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rca: Personal; RCA BP10: A and B batteries?

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Forum » Radios and other type of sets (Physics) etc. » MODELS DISPLAYED » rca: Personal; RCA BP10: A and B batteries?
           
Michele Denber
Michele Denber
 
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27.Feb.09 22:43

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Hello dear Collectors.  I just got an RCA BP-10.  This radio uses one A and one B battery.  I suppose I can substitue a C or D cell for the A battery, but the B battery has me stumped.  The B battery is 67.5 V.  I've checked the web and Ebay and found nothing.  At worst I could empty out the guts of the dead battery and replace it with something new - but what?  Has anyone done this before?  What did you use?  Thanks.

Und auf Deutsch: Ich suche ein B batterie fur ein RCA BP-10 aber kann das nicht finden.  Wissen jemand wo man das kaufen konnen?  Oder ist es basteln etwas moeglich?  Danke sehr.

Bernhard Nagel
Bernhard Nagel
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27.Feb.09 23:44

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Dear Michele,

there are two ways in replacing the no longer produced high voltage batteries for (portable) tube radios like your RCA BP10. The easiest way is: empty out the dead battery and refill it with the correct number of 9 Volts batteries (MN1604). These are connected simply in series, for 67.5 volts you need 7-8 batteries. Since radios such as the RCA BP10 has no more than 10-12 mA total power consumption, it can thus operate 20-40 hours. But you should be aware with the new high voltage battery B! You can easily submit some amperes of current if it is accidentally shorted. A fuse of 100 mA should be inserted between the battery and radio to avoid a fire hazard or explosion.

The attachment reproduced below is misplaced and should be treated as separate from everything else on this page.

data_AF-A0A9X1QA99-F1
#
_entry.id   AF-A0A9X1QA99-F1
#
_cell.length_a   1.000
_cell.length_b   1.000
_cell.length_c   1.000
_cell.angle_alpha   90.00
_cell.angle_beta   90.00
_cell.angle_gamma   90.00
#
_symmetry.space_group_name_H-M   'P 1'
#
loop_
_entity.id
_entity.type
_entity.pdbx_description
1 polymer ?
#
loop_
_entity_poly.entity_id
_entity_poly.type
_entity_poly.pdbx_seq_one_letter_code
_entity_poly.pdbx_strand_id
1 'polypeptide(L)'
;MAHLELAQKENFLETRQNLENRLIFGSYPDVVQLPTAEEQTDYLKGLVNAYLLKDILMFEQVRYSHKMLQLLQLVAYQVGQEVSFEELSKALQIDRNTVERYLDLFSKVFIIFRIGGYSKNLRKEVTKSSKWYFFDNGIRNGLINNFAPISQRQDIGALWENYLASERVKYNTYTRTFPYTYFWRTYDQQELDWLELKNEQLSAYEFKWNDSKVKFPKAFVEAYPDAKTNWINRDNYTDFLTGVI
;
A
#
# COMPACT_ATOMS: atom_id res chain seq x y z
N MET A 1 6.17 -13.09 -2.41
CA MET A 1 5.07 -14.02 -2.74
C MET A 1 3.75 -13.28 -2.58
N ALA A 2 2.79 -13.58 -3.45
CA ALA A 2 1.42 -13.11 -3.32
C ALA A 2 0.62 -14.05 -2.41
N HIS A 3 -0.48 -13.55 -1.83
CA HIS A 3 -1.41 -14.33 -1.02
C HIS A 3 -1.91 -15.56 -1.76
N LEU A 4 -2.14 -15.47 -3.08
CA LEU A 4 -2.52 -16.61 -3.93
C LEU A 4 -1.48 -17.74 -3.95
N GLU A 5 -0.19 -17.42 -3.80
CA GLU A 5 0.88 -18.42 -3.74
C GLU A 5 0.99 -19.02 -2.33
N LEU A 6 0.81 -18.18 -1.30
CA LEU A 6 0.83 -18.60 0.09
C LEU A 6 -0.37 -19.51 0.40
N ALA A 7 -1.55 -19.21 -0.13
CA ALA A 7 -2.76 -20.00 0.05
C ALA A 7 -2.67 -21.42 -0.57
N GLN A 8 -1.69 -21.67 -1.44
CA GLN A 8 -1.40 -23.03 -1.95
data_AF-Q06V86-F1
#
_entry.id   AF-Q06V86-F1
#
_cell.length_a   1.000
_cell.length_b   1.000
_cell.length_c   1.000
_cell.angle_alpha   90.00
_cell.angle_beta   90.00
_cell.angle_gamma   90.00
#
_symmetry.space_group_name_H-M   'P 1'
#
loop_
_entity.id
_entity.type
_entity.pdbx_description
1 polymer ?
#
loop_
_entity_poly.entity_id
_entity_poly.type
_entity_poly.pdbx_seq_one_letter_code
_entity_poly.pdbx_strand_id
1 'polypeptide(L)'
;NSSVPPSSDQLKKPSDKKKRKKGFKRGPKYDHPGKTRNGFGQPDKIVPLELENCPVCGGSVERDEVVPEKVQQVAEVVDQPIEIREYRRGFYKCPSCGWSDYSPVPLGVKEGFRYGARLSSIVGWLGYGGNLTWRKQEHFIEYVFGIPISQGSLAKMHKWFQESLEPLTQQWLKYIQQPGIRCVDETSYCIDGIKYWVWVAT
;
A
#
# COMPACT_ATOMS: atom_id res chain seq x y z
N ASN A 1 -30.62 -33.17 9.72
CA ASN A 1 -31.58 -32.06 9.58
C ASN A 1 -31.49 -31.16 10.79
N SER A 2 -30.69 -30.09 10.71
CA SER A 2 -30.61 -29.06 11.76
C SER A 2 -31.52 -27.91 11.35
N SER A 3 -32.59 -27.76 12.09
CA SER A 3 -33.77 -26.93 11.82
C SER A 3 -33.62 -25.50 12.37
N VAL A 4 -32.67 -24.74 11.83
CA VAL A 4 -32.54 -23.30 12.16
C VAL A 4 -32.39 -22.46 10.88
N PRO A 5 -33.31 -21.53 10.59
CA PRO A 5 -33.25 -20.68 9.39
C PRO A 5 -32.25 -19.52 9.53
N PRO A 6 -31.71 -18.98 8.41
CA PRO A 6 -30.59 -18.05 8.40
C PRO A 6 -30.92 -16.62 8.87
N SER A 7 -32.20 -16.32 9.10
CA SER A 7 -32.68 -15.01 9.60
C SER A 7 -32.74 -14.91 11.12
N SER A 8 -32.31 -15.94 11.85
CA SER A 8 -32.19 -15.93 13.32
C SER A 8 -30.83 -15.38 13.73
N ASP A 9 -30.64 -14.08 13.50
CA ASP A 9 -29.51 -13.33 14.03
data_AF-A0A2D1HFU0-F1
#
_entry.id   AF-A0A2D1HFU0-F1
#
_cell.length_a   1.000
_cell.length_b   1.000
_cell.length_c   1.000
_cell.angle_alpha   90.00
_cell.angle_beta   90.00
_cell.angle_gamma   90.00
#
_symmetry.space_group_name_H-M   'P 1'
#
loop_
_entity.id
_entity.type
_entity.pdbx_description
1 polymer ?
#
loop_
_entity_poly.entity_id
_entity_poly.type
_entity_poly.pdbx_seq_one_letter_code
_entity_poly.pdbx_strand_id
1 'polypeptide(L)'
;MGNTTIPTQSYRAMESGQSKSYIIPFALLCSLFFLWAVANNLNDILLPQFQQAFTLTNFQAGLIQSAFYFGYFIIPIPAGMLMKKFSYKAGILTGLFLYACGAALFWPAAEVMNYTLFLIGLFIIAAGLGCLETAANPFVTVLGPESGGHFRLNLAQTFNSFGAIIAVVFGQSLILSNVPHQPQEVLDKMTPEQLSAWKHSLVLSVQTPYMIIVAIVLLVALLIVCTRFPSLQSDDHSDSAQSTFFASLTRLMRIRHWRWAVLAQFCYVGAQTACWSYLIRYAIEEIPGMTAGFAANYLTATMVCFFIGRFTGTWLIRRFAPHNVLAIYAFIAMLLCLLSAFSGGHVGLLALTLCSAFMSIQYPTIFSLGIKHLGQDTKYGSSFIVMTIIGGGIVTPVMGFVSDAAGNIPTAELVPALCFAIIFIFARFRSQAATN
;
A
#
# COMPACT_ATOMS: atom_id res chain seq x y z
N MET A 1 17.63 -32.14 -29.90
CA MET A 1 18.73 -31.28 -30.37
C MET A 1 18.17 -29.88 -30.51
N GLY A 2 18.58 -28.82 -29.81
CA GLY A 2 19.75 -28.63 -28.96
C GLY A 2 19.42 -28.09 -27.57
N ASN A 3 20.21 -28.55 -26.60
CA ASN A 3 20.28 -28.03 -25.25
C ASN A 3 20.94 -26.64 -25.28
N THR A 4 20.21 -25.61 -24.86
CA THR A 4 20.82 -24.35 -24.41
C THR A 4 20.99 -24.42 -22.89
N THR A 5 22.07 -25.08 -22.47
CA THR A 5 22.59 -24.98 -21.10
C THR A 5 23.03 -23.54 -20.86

The second option is a voltage converter to use. It runs with 2 C cells and generates 67.5 or 75 Volts. These replacement batteries are also sometimes offered on ebay, item number 360133485153 shows some nice examples, it comes from Austria. Also, the self-build of a voltage converter is possible, there are some interesting articles in the RMorg forum regarding this, unfortunately only in German language. Using the terms Anodenbatterie Ersatz in SEARCH shows some hits, like this and that.

Hope, this will help a little!

Bernhard

Roy Johnson
 
 
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27.Feb.09 23:39

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Hello Michele,

Most folks use the 9v PP9 style batteries connected in series. 

My preference is for the circular Lithium cells that last even longer with a shelf life of perhaps 10+ years. I put these in a plastic tube such as that used for drainage.  It is sufficient to add plastic foam pieces at the end and tape over to maintain contacts between the cells and wires for the connections.   Like a voltaic pile!

Happy building!

Regards,

Roy

Thomas Albrecht
Thomas Albrecht
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27.Feb.09 23:44

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Hi Michele,

You have a few different options here:

1.  Replace the 67.5 volt B battery with eight 9-volt batteries in series.  This is commonly done today and is the easiest option.  Don't worry about the voltage being a little higher than 67.5 volts; it will work fine.

2.  Fancier version of the above:  Build the eight 9 volt batteries into the shell of an old 67.5 volt battery.  Takes a bit of mechanical innovation, but you will likely figure out a way to do that.  If you don't have an old battery available, with an internet search you will likely find a scan of the cardboard shell of an old B battery (for example, Eveready type 467) that you can print out and wrap around a new battery pack you make in a cardboad or wooden enclosure of the right physical size.  You might also find that you can fit sixteen 9 volt batteries inside, with series-parallel wiring, which will give you twice the battery life.